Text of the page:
Today I found another slave owner in my family history and I learned how the last name Parham was given to my paternal 3rd great grandfather, “Handy”. I also discovered that he was one of 9 slaves, owned by J.A. Parham in Barbour, Alabama. It’s funny how this information comes available, just one day after the 10th anniversary of the day that I formally embarked on this quest for ancestral knowledge.
Since I started, I’ve found a total of 1,062 people with an additional 300 more unconfirmed. If you’ve been following my blog for awhile, you may also remember that I learned my biological make-up, being from:
- 44% Nigeria
- 26% Cameroon, Congo & Southern Bantu Peoples
- 10% Mali
- 8% Ghana
- 3% Benin & Togo
- The list goes on with additional countries in Africa and (not surprising) various European locations ranging from 1-2% and including England, Wales, Ireland, Portugal, Norway and Greece. So yeah, a few drops of vanilla extract got added to the Davis cup of cocoa. I’ll use that side of me to apply or a bank loan!
It’s been as fun a journey as it has been shocking and, at times, depressing. I mean, it’s so exciting when you find another person, deeper along the roots of the tree, but you always know you’re coming ever closer to an abrupt stop. Each and every name that I find among my 3rd (and hopefully, 4th) great grandparents is a name “assigned” by someone outside of the family. A slave owner. And yes, one or two plantation owners are probably in my bloodline, as DNA analysis seemingly reveals.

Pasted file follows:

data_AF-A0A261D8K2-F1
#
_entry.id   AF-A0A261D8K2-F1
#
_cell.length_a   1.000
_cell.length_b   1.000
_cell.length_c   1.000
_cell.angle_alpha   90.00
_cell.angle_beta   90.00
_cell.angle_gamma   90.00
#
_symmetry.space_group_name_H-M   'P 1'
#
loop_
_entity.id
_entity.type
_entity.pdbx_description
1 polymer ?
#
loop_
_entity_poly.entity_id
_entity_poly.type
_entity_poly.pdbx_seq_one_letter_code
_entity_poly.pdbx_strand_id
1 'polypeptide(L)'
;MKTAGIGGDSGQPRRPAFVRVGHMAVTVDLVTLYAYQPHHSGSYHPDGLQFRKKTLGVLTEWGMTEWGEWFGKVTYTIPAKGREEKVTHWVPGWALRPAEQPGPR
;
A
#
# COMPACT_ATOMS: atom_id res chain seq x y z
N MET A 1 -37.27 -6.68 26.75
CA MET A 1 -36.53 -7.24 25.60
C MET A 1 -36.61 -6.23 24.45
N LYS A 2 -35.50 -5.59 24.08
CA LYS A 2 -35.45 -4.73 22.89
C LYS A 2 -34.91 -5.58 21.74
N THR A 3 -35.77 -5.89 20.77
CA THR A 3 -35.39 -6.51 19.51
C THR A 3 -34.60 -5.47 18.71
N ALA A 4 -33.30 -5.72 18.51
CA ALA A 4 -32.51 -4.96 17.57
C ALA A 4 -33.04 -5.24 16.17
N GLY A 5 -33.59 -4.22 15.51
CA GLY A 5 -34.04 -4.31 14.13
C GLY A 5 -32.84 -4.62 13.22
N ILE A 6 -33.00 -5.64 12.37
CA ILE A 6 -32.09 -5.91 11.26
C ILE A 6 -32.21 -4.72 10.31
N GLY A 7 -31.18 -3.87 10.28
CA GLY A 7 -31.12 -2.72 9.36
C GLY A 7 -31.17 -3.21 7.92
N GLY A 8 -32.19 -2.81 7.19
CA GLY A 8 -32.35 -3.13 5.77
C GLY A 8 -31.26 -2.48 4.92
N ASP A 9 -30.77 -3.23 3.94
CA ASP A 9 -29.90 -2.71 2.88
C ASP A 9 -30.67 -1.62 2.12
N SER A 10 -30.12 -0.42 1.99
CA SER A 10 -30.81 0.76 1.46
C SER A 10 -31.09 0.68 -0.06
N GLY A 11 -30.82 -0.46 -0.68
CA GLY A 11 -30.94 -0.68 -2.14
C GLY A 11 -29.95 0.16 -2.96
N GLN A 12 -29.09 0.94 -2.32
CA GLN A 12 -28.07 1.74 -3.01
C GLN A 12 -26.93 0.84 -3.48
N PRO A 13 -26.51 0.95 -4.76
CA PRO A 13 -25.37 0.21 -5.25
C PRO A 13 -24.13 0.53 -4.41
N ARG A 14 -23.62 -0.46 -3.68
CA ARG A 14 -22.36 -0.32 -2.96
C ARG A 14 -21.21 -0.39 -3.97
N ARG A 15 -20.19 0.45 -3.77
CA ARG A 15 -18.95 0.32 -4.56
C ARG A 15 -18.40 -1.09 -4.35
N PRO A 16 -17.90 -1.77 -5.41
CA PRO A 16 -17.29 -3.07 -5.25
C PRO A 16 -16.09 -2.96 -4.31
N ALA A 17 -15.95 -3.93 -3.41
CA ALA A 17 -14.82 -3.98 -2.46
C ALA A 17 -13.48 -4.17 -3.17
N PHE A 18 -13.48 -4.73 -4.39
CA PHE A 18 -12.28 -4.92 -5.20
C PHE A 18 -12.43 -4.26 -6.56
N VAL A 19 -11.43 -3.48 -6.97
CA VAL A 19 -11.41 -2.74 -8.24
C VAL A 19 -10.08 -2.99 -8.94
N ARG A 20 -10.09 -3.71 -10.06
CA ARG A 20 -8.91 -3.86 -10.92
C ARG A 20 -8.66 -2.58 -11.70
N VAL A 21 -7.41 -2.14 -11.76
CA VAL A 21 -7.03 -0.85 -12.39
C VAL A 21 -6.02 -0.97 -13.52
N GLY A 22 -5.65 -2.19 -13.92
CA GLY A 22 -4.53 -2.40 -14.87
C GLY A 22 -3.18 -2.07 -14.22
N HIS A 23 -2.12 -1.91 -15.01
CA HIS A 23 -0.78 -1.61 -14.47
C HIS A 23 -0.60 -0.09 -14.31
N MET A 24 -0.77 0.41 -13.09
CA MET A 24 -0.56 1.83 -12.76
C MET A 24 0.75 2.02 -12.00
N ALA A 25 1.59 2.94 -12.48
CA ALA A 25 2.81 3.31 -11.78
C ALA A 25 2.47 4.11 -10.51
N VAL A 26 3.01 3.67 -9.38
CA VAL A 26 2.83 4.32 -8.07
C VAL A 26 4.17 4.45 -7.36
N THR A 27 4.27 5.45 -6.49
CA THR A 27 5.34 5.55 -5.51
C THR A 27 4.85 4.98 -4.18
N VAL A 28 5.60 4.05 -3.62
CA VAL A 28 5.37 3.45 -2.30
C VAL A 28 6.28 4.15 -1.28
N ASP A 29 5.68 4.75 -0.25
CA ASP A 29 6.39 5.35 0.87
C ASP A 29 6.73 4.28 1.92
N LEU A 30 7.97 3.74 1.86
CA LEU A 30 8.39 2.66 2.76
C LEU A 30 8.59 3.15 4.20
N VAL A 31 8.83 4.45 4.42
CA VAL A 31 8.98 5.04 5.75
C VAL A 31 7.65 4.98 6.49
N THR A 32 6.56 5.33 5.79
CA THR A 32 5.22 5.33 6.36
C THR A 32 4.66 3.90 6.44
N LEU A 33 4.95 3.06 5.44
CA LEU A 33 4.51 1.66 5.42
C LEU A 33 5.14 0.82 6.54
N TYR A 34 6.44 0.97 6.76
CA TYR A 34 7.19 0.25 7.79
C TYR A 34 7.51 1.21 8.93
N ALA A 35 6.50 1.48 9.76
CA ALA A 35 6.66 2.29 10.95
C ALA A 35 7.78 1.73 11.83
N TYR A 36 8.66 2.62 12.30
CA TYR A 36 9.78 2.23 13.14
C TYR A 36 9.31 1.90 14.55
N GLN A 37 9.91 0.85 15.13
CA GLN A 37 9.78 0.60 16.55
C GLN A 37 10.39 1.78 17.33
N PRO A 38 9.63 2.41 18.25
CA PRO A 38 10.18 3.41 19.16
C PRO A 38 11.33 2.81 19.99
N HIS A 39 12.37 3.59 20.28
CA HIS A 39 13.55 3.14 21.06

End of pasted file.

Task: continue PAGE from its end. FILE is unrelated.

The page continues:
…and as far as I know, none of them cared to preserve my ascendants’ African names. They couldn’t. Remember, Step #1 to making a slave (because you can’t just BUY a slave, you have to MAKE one) is stripping them of their identity. They must be taught that their life is not their own and that they are the property of their purchaser and his family.
But hey, I’ve talked about this before in various blogs, so I’m not going to get into it now. I just find it terribly frustrating that I have little-to-no chance of ever finding the African names of any of my ancestors. Using AncestryDNA (or some other service) is my best chance of at least knowing the locations of our beginnings. But then again, it’s almost the same for everyone: some country in West Africa, likely including the countries I mentioned.
But with dedicated effort, and a little luck, maybe, just maybe, I will find some record of a slave auction purchase. With that, I stand a chance to identify the transport ship, manifest and travel records and hopefully, ultimately, the location from which they were captured.
I’m no Alex Haley and sadly, I never sat and talked about family history back in the 60s with living family members who could provide more accurate details. I definitely don’t have the resources or money to travel like he did, but that doesn’t mean it won’t ever happen.
Yeah, I’m sad that I may never know their names, but I take pride in knowing that I come from survivors of The Middle Passage. I take even greater pride in being the son of Kenneth Davis, who was the son Doc Davis, Jr., son of Doc Sr., son of Peter Davis…
Davis may not be our original name, but I don’t and will never associate it with a slave master. It will be the link to the great men before me, from whom my blood flows. The name I proudly pass on to my sons…
…and so forth, and so on.
So 10 years later, the search continues.